How to Homeschool During a Pandemic
Probably not the answer you were looking for, I know. But, seriously. Stop it. Stop trying to turn a global pandemic into another Pinterest fail. We moms do a lot, whether you are a stay at home mom, working mom, work from home mom, you have a job already and adding "homeschool during a traumatic time" into the mix is just a recipe for disaster. Also, as it turns out, teachers are experts in their field. Now, I know since I'm a teacher you might not take that statement seriously, but it's true. For so long, so many people have had this, "I went to school, so I understand school and what makes it work" mentality. And I get it, it might seem easy, but it's really not. As I see my Facebook friends struggle with trying to keep up with their own work, the house now that it is fully occupied 24 hours a day, and add "homeschool" into the mix, it's a hot mess. So let's take a look at all the reasons not to "homeschool" right now.
1. You already have a job. Do you work outside of the house? Are you currently expected to work from home? Boom. You already have a job. Do you work from home normally? Boom. A job. Are you a stay at home mom? Boom. Job. Even if you were already staying home with the kids, I'm going to bet, you weren't also trying to homeschool them, so your days were filled with alternate tasks and responsibilities. Adding homeschool into the mix is extra work, planning, and adjustments to your already busy schedule. As a teacher, I have the unique experience of being a working mom 9 months out of the year and a stay at home mom during the summer. I understand most things that go into being a stay at home mom, and adding something like this is no joke. No matter what your situation before the pandemic, unless you were already homeschooling your children, this is a major adjustment for you both. Expecting to be able to slide right into homeschooling with little to no advanced warning, little to no prep time, while also still maintaining your other job or responsibilities is not easily said or done. Give yourself some grace here.
2. Teachers are experts. Yep. I said it. Teachers might get paid like garbage, but odds are, most teachers in your child's school hold at least one advanced degree. By the end of the summer I will be maxed out in terms of graduate hours I get credit for, a master's degree plus 60 hours of graduate credit. Your child's teacher at the very least has a bachelor's degree in education. Many also hold additional advanced degrees. These could be in curriculum and instruction, technology, math or reading endorsements, a lot of high school teachers hold a master's degree in their content area. Some overachievers have multiple advanced degrees. Teachers don't play around. There are few ways for a teacher to increase their salary if they don't want to move along the administration route, so going back to school is a great way for them to get a pay bump. We take our jobs seriously and we need to provide for ourselves and our families, going back to school is a two birds, one stone kinda thing for us.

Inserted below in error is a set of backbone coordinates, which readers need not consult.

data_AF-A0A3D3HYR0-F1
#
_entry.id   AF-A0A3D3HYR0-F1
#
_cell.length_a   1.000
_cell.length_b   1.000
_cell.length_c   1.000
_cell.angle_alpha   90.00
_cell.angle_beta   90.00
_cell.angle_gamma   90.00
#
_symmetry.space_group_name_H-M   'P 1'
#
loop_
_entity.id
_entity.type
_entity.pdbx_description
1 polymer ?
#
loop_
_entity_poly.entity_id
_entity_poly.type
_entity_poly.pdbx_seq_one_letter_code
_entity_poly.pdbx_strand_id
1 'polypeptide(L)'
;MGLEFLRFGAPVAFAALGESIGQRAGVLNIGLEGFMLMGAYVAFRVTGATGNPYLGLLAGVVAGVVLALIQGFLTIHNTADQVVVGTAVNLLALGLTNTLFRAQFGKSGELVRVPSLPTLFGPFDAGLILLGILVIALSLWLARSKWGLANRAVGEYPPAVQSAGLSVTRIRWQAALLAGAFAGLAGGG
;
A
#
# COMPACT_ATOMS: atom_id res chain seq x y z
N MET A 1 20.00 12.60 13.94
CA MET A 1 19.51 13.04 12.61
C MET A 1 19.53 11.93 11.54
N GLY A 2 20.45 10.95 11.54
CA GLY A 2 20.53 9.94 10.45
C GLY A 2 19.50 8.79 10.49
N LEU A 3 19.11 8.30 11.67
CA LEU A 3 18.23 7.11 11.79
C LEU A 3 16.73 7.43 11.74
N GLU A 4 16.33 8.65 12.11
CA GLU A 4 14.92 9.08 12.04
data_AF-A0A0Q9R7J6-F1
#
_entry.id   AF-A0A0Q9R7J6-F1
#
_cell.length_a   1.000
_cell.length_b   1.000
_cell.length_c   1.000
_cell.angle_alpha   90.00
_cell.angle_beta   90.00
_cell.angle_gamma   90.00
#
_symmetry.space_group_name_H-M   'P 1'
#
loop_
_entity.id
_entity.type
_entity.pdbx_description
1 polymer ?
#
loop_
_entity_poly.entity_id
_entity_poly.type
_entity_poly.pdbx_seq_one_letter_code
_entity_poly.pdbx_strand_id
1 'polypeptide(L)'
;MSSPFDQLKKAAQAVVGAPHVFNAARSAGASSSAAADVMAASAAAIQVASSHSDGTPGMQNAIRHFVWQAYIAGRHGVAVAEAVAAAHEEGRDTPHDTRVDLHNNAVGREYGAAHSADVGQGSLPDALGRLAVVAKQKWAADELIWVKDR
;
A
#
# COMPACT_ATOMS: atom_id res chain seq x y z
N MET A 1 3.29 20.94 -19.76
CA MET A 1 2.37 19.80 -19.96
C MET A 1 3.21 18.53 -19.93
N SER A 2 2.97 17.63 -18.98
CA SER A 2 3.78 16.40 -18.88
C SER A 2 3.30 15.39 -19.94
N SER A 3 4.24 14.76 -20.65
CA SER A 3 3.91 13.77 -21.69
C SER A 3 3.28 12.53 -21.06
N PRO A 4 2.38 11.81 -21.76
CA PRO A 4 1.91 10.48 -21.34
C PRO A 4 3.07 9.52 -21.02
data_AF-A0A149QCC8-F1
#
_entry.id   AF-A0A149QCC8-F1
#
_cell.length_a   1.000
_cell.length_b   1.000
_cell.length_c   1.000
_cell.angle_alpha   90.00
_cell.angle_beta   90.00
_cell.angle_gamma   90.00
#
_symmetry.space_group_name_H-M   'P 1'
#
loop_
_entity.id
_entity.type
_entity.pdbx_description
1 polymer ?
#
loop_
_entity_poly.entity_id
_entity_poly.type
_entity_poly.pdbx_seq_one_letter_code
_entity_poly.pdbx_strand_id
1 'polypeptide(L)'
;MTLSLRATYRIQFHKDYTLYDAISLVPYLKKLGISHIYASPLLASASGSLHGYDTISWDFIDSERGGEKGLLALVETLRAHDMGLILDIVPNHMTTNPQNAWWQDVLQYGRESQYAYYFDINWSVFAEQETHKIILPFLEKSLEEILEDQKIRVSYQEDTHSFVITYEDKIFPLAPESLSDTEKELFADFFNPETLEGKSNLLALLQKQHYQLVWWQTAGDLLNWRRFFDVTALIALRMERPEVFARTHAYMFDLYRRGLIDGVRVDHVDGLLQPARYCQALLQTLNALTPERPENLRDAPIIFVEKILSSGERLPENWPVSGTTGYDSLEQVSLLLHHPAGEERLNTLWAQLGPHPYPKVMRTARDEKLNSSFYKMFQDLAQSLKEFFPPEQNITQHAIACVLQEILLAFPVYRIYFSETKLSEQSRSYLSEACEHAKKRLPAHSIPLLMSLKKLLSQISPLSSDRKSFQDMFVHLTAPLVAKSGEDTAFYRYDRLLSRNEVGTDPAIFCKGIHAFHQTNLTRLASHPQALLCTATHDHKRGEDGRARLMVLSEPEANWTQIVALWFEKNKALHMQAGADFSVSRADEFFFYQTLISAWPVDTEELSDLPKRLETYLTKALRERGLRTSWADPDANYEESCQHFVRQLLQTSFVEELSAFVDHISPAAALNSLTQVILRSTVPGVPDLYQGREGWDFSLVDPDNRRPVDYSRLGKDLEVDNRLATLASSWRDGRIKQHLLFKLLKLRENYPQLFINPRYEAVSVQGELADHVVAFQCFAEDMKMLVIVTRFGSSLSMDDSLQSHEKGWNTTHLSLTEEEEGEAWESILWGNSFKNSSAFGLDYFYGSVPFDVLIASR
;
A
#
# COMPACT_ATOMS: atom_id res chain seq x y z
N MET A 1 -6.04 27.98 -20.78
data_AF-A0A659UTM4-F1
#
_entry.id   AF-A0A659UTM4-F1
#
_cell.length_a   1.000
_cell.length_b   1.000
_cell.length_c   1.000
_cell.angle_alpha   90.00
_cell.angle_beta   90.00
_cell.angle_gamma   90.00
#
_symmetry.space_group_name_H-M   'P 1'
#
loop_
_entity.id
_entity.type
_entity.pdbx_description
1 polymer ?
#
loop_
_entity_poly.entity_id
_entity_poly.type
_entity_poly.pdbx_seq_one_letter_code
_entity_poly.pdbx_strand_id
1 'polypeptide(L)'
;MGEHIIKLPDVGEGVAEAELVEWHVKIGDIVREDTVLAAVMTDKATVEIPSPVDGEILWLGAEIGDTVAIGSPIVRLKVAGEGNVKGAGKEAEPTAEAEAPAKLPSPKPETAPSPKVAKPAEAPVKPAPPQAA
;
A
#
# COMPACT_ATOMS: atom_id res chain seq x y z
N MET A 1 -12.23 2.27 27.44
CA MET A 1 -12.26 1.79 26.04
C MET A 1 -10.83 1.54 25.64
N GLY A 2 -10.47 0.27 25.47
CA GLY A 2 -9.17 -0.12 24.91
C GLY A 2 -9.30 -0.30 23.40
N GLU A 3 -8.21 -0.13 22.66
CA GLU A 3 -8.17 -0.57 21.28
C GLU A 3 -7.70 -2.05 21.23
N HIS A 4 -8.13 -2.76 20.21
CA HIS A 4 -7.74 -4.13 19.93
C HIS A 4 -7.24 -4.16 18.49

3. This is traumatic! For you, your kids, everyone. Trying to pick up where your kid's teacher left off is not going to work. Kids aren't just missing instruction, they are missing their friends, the structures put in place by their school, wrap around services they have come to rely on. Simply pretending like all that other stuff doesn't matter and trying to go over fractions won't work. Right now kids need to know they're not alone. They're not crazy for how they're feeling during this time. They need understanding and support.
4. The time spent working on school at home, does not look the same as time spent at school. At school your kid, depending on age and district, will be in a class with anywhere from 15 to 30 other kids. Simple things like getting out materials, starting an activity, transitioning from one part of the room to another, or one activity to another, or just greeting everyone, takes time. The work that might take 50 minutes in a school setting, might only take 10 or 15 minutes at home. And that's fine! Don't waste your time, or your kids time trying to make things take longer than they need to, or by adding to an assignment when it's not necessary.
5. Take advantage of this time (if you can). Let your kids explore something new, or something that interests them. Your kid doesn't like school and doesn't want to complete the work being provided by their teacher, but he loves being outside? Let him explore outside. Your kids likes to read novels but not physics? Let her read novels. Your kid doesn't like English, but loves to draw and create things. Let professor YouTube teach them a new technique. Seriously. Learn something new with your kid. Let your kid do a deep dive into something they are interested in. Right now, everything kind of sucks for a lot of people, take advantage of the freedom we do have and let your kids (and you, too) really embrace their passions.
I know I'm a teacher and I should be all about school....blah, blah, blah. I am all about school. But more than that, I'm all about being realistic. And I'm all about mom's surviving this pandemic with a shred of sanity. And, I also prefer not to stress eat all the cookies in the pantry. It's important to understand that "remote learning" and "homeschool" are not the same, nor should they be. I think we all need to give ourselves a break, take some time to get our shit together, a little bit of grace, and decide for ourselves what this time should look like for our families.
Stay sane, safe, and healthy.
11/13/2022 03:05:57 am
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I'm a mom and high school teacher living in the suburbs of Chicago. Becoming a mom was one of the most exciting things I've done. Being a working mom is as challenging as it is rewarding. This life may not be glamorous, but it sure keeps me on my toes and I love it.